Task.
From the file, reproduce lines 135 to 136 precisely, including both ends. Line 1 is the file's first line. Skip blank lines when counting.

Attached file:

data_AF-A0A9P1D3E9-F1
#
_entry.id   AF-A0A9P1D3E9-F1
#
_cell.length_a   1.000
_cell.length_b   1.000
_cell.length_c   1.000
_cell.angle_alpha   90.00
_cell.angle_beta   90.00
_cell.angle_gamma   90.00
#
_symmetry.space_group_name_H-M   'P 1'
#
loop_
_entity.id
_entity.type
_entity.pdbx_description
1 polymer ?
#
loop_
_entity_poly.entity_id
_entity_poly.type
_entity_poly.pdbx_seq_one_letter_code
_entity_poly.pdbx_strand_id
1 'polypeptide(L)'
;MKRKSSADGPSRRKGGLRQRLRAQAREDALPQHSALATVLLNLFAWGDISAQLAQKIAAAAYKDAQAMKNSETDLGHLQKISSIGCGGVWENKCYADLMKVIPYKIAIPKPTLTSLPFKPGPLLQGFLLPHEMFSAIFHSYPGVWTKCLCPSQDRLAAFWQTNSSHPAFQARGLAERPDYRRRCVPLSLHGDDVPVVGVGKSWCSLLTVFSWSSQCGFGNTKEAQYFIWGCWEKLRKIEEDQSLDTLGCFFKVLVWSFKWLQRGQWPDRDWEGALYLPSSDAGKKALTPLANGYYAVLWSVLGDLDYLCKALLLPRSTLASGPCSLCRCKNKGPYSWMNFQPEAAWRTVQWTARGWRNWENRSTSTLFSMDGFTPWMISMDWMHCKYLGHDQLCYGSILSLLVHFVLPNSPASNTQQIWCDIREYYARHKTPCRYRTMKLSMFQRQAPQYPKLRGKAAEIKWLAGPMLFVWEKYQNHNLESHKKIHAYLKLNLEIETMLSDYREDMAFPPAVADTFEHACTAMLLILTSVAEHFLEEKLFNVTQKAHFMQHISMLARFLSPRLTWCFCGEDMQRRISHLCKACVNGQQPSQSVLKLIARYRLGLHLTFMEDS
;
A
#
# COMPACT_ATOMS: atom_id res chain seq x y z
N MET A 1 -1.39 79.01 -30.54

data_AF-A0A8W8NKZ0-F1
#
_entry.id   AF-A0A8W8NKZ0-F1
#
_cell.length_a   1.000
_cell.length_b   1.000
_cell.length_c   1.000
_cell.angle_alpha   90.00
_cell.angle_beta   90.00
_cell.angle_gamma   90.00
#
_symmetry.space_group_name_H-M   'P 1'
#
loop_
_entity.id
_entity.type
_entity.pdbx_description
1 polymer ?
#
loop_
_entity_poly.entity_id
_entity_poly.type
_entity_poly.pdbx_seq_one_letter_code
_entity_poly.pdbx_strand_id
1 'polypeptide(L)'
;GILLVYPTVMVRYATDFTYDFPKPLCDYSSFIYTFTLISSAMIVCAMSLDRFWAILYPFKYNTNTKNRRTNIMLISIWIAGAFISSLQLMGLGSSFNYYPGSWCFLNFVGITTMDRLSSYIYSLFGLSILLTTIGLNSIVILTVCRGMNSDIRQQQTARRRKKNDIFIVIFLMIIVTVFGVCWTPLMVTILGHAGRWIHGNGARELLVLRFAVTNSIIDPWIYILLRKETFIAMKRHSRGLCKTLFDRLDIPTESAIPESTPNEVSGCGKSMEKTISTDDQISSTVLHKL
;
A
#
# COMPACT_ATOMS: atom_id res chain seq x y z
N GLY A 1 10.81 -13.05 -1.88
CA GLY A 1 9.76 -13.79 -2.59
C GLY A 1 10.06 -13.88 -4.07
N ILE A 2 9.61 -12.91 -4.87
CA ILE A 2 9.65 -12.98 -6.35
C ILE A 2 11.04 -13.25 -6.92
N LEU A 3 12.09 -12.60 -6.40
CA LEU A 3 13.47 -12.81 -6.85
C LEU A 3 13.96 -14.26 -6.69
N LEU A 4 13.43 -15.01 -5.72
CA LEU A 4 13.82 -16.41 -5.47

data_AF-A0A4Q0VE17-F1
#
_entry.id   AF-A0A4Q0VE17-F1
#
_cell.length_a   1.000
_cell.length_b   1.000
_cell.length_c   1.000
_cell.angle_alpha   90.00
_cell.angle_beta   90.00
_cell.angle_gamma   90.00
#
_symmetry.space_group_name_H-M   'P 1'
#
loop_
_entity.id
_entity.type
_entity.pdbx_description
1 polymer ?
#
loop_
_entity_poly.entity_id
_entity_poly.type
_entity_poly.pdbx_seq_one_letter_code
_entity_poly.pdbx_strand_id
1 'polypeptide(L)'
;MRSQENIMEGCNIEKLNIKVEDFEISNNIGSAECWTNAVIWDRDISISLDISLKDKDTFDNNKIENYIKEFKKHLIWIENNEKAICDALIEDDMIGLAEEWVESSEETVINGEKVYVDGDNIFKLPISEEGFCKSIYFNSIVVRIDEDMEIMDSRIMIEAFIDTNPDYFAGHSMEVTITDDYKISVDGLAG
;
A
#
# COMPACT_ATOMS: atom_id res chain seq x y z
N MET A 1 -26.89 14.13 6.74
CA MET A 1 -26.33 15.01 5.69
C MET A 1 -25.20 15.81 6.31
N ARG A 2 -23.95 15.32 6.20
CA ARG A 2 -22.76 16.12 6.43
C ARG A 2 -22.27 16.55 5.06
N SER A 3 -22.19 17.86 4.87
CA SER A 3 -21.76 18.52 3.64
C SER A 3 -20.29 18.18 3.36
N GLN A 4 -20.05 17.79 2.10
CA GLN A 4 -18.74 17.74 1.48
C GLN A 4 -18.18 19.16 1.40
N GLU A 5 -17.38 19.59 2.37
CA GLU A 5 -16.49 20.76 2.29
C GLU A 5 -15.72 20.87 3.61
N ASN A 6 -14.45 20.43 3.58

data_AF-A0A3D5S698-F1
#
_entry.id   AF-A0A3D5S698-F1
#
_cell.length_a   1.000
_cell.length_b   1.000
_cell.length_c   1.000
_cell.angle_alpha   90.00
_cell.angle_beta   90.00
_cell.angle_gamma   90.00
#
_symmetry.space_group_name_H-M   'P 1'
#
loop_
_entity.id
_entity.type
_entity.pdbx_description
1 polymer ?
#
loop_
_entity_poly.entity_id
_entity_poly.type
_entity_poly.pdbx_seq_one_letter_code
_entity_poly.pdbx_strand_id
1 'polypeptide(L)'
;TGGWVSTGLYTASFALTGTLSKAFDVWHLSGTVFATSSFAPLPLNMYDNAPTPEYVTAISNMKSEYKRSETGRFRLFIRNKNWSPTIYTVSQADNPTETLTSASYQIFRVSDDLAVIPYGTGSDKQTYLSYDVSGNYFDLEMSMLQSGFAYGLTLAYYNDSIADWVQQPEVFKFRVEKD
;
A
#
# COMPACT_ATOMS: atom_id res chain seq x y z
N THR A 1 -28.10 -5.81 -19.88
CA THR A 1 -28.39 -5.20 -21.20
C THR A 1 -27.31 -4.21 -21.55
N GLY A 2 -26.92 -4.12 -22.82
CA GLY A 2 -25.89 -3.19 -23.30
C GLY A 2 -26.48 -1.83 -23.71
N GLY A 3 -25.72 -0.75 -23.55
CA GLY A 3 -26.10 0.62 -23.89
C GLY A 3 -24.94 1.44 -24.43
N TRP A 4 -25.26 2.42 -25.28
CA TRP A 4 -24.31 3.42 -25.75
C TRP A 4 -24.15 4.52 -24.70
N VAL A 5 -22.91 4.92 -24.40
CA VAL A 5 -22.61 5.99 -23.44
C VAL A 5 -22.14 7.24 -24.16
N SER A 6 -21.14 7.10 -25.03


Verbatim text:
_entity.pdbx_description
1 polymer ?